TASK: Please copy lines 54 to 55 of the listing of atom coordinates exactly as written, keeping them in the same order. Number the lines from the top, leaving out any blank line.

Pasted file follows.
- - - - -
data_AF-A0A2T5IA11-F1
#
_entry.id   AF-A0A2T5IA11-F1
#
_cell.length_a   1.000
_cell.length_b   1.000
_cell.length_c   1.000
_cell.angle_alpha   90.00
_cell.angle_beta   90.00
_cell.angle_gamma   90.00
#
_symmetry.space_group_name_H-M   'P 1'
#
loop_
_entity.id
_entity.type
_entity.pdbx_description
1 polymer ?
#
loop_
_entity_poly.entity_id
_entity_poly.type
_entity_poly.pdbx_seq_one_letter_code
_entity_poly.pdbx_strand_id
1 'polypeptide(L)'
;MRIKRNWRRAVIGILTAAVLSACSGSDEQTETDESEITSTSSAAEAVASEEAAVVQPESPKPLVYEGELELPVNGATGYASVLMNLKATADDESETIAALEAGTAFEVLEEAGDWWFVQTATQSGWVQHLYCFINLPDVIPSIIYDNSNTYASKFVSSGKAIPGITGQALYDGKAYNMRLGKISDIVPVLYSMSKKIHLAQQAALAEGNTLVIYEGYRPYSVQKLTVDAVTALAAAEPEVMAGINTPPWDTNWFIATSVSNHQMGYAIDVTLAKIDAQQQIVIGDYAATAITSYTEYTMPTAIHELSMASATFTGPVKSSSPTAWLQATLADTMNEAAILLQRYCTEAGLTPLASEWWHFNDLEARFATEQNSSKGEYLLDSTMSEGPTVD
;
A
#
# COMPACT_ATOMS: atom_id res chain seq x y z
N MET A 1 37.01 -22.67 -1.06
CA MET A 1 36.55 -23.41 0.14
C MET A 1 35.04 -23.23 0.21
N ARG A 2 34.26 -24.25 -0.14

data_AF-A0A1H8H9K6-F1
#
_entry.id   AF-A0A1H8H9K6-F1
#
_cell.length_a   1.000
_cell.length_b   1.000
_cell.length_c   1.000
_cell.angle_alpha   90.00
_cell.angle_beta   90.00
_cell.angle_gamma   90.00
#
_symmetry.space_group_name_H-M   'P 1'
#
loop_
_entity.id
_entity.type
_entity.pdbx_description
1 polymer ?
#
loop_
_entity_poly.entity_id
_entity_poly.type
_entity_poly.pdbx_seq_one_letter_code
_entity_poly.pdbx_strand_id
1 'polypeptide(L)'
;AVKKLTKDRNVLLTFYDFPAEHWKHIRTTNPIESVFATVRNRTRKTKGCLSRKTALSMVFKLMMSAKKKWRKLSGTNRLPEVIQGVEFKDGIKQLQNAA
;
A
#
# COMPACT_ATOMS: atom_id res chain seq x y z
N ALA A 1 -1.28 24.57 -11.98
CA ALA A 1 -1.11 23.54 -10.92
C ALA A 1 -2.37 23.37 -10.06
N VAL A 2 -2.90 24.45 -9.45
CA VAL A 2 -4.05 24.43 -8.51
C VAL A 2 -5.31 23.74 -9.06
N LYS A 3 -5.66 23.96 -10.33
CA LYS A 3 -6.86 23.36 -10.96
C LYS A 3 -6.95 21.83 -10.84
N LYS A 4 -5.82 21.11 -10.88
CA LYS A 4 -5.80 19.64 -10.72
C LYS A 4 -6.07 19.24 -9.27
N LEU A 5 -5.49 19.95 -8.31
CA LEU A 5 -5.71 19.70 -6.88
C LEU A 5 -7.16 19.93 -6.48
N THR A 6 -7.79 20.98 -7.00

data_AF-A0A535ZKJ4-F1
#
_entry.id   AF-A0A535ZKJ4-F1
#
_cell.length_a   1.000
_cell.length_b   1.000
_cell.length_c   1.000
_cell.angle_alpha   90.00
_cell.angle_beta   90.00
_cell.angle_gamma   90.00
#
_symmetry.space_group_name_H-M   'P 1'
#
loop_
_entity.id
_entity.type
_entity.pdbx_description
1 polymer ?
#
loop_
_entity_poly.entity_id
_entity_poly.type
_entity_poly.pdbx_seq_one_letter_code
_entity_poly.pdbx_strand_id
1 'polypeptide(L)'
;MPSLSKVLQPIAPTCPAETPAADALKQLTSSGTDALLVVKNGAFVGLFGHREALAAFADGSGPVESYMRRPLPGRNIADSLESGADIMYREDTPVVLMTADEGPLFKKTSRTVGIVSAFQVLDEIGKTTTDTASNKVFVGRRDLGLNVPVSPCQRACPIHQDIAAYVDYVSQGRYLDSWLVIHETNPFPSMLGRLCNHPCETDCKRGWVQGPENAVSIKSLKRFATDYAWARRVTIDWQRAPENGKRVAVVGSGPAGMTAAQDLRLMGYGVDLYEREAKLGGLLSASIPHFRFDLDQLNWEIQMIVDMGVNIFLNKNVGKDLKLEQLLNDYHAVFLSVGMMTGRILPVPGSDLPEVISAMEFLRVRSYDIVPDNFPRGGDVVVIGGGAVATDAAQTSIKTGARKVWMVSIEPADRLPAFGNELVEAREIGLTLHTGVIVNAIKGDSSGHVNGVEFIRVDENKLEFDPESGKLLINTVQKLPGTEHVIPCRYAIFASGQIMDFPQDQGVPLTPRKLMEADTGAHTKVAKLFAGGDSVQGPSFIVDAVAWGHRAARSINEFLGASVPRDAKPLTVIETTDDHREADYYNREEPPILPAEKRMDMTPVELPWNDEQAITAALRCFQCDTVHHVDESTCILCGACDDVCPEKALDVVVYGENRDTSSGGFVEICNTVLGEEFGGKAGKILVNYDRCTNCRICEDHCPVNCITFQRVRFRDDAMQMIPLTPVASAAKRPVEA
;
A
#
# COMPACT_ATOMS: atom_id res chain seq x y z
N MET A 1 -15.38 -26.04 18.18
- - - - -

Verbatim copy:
loop_
_entity_poly.entity_id